OPPORTUNITY TO COMMENT: Draft Procedures to Protect Environmentally Sensitive Waterways from Dredge and Fill Activities now Available

From the State Water Resources Control Board:

The State Water Resources Control Board (State Water Board) released today a final draft of the State Wetland Definition and Procedures for Discharges of Dredged or Fill Material to Waters of the State (Procedures) intended to address environmentally sensitive undeveloped areas such as wetlands, streams and rivers, as well as bays and estuaries.

The draft procedures contain important enhancements designed to protect and enhance ecologically sensitive areas where water exists and bring consistency to regulatory efforts by the State Water Board and nine Regional Water Quality Control Boards (Water Boards collectively), while providing a common framework for monitoring and reporting water quality of remaining wetlands in California. As drafted, these Procedures clarify what is considered a wetland – and what is not.

Because of past land development, the state has lost nearly 90 percent of state wetlands, with as much as 95 percent of historic coastal wetlands now gone.  These draft Procedures provide much needed protection for California’s remaining wetlands.  The draft Procedures are based in large part on the scientific documentation and conclusions supporting the existing US Army Corp of Engineers’ definition of a wetland.  In arid portions of the state, the State Water Board’s proposed definition would protect non-vegetated wetlands (mudflats, playas, etc.) that otherwise would not be covered under federal jurisdiction.  The State Water Board’s proposed definition clarifies that vegetated and unvegetated wetlands be regulated in the same manner.

Waters of the state, are by definition, broader than water of the U.S. These draft procedures do not change that.  These draft procedures will ensure that the water of the state will continue to be protected if the federal waters of the U.S. protections are limited.

In addition, the draft Procedures provide transparency and consistency in the regulation of dredged or fill material across the state.

As drafted, the Procedures will:

  • Improve consistency across the State Water Board and the nine Regional Water Quality Control Boards in how discharges of dredged or fill material are monitored and protected.
  • Streamline requirements to cover all waters of the state so both state and federal environmental concerns are addressed at once.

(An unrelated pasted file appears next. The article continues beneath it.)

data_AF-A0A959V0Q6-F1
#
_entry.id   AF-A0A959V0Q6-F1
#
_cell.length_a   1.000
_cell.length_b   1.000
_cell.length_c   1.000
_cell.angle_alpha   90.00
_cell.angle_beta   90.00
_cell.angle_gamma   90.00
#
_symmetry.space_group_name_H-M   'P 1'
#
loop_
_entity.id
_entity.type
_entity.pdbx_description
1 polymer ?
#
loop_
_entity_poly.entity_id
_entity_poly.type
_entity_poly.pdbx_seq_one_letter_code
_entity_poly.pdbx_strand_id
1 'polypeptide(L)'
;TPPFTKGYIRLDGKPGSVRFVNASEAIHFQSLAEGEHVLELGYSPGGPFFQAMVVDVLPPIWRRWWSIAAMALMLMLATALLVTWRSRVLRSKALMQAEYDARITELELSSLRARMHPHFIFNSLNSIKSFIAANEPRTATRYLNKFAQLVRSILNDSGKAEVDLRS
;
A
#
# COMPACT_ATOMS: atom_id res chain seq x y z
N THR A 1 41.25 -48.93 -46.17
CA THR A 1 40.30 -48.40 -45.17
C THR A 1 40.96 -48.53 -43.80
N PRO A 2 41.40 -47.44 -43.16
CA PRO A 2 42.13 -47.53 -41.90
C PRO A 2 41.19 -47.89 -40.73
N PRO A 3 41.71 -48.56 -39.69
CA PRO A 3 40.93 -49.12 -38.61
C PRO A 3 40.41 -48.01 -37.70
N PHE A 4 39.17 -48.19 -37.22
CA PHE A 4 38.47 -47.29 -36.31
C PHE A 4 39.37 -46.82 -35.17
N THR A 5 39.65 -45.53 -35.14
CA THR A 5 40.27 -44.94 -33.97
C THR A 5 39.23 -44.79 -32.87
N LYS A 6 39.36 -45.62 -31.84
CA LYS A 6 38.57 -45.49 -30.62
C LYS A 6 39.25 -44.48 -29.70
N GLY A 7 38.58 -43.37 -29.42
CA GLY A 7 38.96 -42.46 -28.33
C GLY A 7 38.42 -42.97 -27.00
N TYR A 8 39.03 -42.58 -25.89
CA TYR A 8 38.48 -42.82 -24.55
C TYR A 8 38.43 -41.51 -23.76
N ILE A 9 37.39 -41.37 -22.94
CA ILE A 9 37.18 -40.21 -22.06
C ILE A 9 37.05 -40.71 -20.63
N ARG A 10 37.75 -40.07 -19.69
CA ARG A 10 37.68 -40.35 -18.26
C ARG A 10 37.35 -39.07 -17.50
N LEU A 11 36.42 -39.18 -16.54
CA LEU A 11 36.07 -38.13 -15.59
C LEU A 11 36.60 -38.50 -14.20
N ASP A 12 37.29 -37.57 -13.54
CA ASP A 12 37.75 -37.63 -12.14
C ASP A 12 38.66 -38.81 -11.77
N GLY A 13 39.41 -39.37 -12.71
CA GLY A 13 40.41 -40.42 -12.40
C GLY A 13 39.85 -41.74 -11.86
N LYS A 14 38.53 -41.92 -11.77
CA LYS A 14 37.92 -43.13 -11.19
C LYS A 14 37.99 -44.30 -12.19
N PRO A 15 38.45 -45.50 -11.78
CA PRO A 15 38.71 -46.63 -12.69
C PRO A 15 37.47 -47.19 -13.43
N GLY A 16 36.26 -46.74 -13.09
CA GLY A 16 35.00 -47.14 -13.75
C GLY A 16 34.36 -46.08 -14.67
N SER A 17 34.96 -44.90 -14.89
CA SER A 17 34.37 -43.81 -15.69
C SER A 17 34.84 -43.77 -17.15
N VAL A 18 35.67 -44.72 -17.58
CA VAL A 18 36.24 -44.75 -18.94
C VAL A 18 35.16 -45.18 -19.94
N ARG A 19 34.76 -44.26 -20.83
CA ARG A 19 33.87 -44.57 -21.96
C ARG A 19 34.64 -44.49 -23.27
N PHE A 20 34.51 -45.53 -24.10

• Make environmental protections stronger,
  • Ensure no overall net loss in quantity, quality, and sustainability of waters of the state, including wetlands.

The Procedures have two components that support each other.  First, the Procedures propose a wetland definition, delineation procedures, and a jurisdictional framework applicable to all Water Board programs. Second, the Procedures clarify requirements for submittal and review of applications to discharge dredged or fill material to any water of the state.

Portions of the Procedures have been revised in response to public comments received on the draft that was released in July 2017.

Two stakeholder workshops are planned in 2019, a public staff workshop on Jan. 9 in San Diego, and a public Board workshop on Jan. 22 in Sacramento, to discuss the latest draft and answer questions. The State Water Board tentatively plans to consider adoption of the Procedures on Feb. 5 in Sacramento. Details for the meetings are available here. A fact sheet is available here (under the Water Quality subhead).

 

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About News Worth Noting:  News Worth Noting is a collection of press releases, media statements, and other materials produced by federal, state, and local government agencies, water agencies, and academic institutions, as well as non-profit and advocacy organizations.  News Worth Noting also includes relevant legislator statements and environmental policy and legal analyses that are publicly released by law firms.  If your agency or organization has an item you would like included here, please email it to Maven.

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